Service sector activity “remained generally upbeat in September,” according to the Federal Reserve Bank of Richmond service-sector activity survey, released Tuesday.

Overall, the service sector revenues index held at 22, while the number of employees index slid to 20 from 22, the average wage index fell to 21 from 23, and the expected product demand during the next six months index increased to 45 from 40.

The indexes are the percentage of responding firms reporting increase, less the percentage reporting a decrease.

By sector, the retail area excluding services firms reported the sales revenues index rose to 26 from 19, the number of employees index fell to 20 from 22, while the average wages index surged to 25 from 9. The inventories index dropped to 9 from 12, while the big-ticket sales index gained to 18 from 13. The shopper traffic index soared to 24 from 6, while expected product demand during the next six months rose to 48 from 46.

For services firms excluding retail, the revenues index was 22 compared with 21 last month, while the number of employees index decreased to 20 from 22, and the average wage index dropped to 20 from 26. The expected product demand during the next six months index grew to 44 from 39.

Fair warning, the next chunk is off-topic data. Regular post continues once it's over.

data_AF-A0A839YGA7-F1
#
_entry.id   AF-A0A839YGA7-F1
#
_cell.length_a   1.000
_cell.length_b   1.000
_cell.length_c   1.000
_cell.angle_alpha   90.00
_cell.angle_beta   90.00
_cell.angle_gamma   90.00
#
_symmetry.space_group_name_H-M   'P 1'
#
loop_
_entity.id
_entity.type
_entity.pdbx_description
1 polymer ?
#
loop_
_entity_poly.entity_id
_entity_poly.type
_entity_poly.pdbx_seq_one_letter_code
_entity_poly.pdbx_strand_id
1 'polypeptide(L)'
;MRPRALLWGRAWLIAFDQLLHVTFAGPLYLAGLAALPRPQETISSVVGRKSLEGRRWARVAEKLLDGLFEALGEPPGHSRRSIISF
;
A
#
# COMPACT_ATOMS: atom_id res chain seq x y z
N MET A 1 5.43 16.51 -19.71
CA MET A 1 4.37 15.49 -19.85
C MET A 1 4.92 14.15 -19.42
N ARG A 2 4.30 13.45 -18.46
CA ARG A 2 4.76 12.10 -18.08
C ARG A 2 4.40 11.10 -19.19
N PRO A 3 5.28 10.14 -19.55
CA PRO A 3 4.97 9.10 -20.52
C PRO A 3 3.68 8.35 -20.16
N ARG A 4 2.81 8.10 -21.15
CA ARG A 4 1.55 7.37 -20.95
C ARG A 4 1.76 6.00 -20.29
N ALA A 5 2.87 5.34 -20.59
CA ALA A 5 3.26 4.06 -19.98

The current price trend for the two sectors together fell to 1.26 from 1.36, while soaring to 1.81 from 1.56 for retail alone and slipping to 1.24 from 1.39 for services, excluding retail.

The expected price trend index for the two sectors together decreased to 1.30 in September from 1.49 in August, while soaring to 2.77 from 1.31 for retail alone and slowing to 1.34 from 1.54 from for services, excluding retail.

All firms surveyed are located within the Fifth Federal Reserve District, which includes the District of Columbia, Maryland, North Carolina, South Carolina, Virginia, and most of West Virginia.

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Gary Siegel

Gary Siegel

Gary Siegel has been at The Bond Buyer since 1989, currently covering economic indicators and the Federal Reserve system.